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Trump Bars Bloomberg News Journalists From Campaign Events

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President Trump’s re-election campaign said on Monday that it would bar Bloomberg News journalists from attending its rallies and political events, an attempt to retaliate against the news organization’s decision to cease investigating Democratic candidates in the wake of its billionaire owner’s entry into the 2020 presidential race.

The Trump campaign broke from years of precedent in 2016 by revoking the press credentials of journalists from outlets like The Washington Post, Politico and BuzzFeed News, an early sign of the efforts to demonize the news media that have become a hallmark of the Trump presidency.

But Bloomberg News is facing a fraught situation, too. After the company’s owner, Michael R. Bloomberg, decided last month to pursue the Democratic nomination, editors at the news outlet instructed their reporters to avoid “in-depth investigations” of Mr. Bloomberg or any other Democratic candidate. It was an attempt at fairness that some journalists called stifling.

On Monday, Mr. Trump’s campaign manager, Brad Parscale, called it something else: biased.

“Bloomberg News has declared that they won’t investigate their boss or his Democrat competitors, many of whom are current holders of high office, but will continue critical reporting on President Trump,” Mr. Parscale wrote in a statement, calling the decision “troubling and wrong.”

“Since they have declared their bias openly, the Trump campaign will no longer credential representatives of Bloomberg News for rallies or other campaign events,” Mr. Parscale wrote. The campaign said it would decide “on a case-by-case basis” whether to respond to inquiries from individual reporters on stories.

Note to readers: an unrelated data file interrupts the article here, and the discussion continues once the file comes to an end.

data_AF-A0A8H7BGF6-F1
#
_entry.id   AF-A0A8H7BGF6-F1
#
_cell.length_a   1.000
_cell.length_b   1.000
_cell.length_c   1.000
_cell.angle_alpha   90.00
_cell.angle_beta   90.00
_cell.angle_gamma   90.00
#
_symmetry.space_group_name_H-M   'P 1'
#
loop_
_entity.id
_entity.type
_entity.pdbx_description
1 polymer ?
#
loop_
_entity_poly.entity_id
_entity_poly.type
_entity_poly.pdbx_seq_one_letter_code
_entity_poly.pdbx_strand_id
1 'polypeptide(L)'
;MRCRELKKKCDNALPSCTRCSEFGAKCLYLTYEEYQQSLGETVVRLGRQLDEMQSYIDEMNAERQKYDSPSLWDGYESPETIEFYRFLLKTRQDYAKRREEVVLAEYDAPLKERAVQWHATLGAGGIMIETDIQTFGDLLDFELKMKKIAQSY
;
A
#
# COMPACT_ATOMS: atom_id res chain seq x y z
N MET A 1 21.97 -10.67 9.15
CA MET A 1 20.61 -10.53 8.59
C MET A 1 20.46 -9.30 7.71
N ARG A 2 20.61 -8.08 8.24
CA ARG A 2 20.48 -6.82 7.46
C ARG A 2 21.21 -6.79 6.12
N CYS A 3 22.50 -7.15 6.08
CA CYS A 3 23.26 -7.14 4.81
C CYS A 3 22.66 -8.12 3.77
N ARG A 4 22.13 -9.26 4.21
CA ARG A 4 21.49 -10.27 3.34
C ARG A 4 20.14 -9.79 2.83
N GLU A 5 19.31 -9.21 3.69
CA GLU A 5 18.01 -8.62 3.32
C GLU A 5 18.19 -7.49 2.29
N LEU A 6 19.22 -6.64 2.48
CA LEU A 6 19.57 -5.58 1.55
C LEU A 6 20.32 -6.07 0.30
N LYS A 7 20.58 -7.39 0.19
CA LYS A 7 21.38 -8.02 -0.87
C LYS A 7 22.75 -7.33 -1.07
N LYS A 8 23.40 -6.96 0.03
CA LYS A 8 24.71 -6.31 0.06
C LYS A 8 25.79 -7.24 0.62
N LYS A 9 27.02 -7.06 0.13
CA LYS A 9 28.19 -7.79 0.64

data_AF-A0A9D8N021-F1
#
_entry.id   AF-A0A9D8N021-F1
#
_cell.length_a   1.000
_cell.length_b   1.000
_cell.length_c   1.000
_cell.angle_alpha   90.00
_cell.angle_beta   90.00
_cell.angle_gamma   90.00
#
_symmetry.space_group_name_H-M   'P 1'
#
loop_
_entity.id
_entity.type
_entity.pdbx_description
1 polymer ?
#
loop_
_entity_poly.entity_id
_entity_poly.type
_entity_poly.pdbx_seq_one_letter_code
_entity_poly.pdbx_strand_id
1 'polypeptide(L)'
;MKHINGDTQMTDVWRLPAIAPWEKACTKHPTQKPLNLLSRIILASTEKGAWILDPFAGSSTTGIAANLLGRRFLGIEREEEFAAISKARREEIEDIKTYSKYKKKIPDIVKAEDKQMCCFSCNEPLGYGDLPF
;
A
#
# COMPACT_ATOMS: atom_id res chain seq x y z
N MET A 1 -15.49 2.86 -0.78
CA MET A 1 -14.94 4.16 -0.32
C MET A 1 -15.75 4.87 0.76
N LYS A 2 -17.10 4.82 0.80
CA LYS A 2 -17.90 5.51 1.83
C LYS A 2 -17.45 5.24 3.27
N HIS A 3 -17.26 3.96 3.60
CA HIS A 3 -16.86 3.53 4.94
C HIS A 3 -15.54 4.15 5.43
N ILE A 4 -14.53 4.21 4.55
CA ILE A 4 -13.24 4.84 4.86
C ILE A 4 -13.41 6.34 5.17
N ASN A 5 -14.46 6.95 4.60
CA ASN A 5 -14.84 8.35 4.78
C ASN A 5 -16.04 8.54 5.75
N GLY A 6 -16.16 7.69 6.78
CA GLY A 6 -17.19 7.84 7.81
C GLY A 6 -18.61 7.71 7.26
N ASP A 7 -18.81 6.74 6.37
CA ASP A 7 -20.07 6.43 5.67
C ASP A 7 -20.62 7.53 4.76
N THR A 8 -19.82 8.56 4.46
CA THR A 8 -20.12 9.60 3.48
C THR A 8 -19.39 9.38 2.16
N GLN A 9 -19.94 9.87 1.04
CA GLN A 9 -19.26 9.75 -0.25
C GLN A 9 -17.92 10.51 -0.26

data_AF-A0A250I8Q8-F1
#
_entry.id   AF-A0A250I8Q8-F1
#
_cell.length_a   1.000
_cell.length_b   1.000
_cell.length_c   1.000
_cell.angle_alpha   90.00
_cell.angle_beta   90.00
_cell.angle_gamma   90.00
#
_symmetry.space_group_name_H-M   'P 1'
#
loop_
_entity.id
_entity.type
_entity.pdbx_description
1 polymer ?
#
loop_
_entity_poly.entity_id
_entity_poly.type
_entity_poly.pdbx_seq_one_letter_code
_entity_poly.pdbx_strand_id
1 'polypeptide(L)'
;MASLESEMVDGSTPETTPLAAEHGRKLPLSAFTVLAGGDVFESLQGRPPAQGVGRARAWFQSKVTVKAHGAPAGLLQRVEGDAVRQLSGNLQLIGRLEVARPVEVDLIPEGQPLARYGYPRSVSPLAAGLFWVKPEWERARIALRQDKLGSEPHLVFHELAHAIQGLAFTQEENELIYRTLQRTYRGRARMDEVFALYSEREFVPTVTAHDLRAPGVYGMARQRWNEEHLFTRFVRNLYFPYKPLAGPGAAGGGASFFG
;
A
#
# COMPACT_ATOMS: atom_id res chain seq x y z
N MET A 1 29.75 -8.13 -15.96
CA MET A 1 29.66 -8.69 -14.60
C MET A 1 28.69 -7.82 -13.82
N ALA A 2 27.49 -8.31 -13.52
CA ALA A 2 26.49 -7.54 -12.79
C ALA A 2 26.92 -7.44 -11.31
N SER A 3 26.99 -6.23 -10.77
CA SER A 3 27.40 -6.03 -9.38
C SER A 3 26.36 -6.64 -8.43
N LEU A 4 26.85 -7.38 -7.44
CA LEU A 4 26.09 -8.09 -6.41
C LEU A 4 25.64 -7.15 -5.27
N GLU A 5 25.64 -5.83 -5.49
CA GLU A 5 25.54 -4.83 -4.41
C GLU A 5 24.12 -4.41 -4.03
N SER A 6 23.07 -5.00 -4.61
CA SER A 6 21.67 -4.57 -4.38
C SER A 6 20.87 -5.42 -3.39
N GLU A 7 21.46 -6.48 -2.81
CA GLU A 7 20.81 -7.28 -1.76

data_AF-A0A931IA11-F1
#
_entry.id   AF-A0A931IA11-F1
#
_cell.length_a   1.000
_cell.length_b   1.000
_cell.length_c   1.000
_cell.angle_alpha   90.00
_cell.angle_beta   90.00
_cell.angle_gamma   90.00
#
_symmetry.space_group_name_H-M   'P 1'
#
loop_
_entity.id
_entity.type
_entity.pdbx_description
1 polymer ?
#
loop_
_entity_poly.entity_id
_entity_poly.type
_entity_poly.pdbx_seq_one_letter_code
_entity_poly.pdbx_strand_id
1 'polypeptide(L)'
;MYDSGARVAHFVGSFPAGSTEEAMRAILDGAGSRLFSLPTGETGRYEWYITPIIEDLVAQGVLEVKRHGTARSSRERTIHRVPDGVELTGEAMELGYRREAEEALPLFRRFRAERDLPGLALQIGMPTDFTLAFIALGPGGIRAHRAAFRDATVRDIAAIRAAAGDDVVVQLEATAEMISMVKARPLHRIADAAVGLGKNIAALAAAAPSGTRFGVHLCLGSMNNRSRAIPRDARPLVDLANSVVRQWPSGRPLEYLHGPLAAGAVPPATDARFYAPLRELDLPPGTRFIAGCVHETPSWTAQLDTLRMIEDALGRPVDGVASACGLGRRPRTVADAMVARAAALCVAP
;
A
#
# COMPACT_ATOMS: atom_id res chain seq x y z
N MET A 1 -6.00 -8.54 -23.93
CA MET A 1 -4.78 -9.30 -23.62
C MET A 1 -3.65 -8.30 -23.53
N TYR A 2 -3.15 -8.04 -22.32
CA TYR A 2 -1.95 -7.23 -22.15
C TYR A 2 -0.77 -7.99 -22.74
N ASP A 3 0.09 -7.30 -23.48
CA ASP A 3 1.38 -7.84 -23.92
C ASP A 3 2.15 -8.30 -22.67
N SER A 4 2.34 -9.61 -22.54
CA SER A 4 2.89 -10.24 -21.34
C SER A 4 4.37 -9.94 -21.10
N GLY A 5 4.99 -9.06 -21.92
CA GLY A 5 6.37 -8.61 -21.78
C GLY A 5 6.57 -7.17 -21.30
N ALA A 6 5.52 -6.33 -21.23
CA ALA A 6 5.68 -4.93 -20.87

The editor in chief of Bloomberg News, John Micklethwait, quickly fired back.

“The accusation of bias couldn’t be further from the truth,” Mr. Micklethwait wrote in a statement. “We have covered Donald Trump fairly and in an unbiased way since he became a candidate in 2015 and will continue to do so despite the restrictions imposed by the Trump campaign.”

Howard Wolfson, a top campaign adviser to Mr. Bloomberg, also weighed in, pithily. “One week in and Mike is already under Trump’s skin,” Mr. Wolfson wrote on Twitter.

Mr. Trump and his senior aides routinely disparage individual reporters and entire news organizations for coverage they deem unfavorable. Press advocacy groups say the president’s attacks have contributed to one of the more hostile domestic environments for journalists in recent memory.

Dean Baquet, executive editor of The New York Times, criticized the Trump campaign’s move in a statement on Monday. “We condemn any action that keeps quality news media from reporting fairly and accurately on the presidency and the leadership of the country,” Mr. Baquet wrote.

At the same time, Bloomberg News’s approach to covering its owner’s candidacy has proved divisive.

Roughly 2,700 journalists work at Bloomberg L.P., the financial data company that is the wellspring of Mr. Bloomberg’s fortune, and this is not the first time that Mr. Bloomberg’s ambitions have placed his employees in an awkward spot. During Mr. Bloomberg’s 12 years as mayor of New York City, coverage of the billionaire’s wealth and personal life were considered off limits at Bloomberg News.

In a memo last month, Mr. Micklethwait acknowledged that “there is no point in trying to claim that covering this presidential campaign will be easy,” but added that the newsroom would continue to investigate Mr. Trump’s administration “as the government of the day.”

On Monday night, Mr. Trump, who had flown to London for a conference, added his own thoughts on the matter, deriding Mr. Bloomberg in a Twitter post as “Mini Mike Bloomberg” and describing Bloomberg News as a “third rate news organization.” (He also accused The Times of “hatred & bias.”) The president wrote that “It’s not O.K.!” for Bloomberg News to skip investigations of Democratic candidates.

While Bloomberg News has pledged to continue covering polls, policies and “who is winning and who is losing” the 2020 race, the prohibition against investigative reporting — considered among the most valuable forms of campaign journalism — has caused some uproar.

Megan Murphy, a former Washington bureau chief at Bloomberg News, wrote on Twitter that it was “staggering” for the news outlet to prevent “an army of unbelievably talented reporters and editors from covering massive, crucial aspects of one of the defining elections of our time.”

Marc Tracy contributed reporting.





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Airport van service SuperShuttle going out of business at the end of the year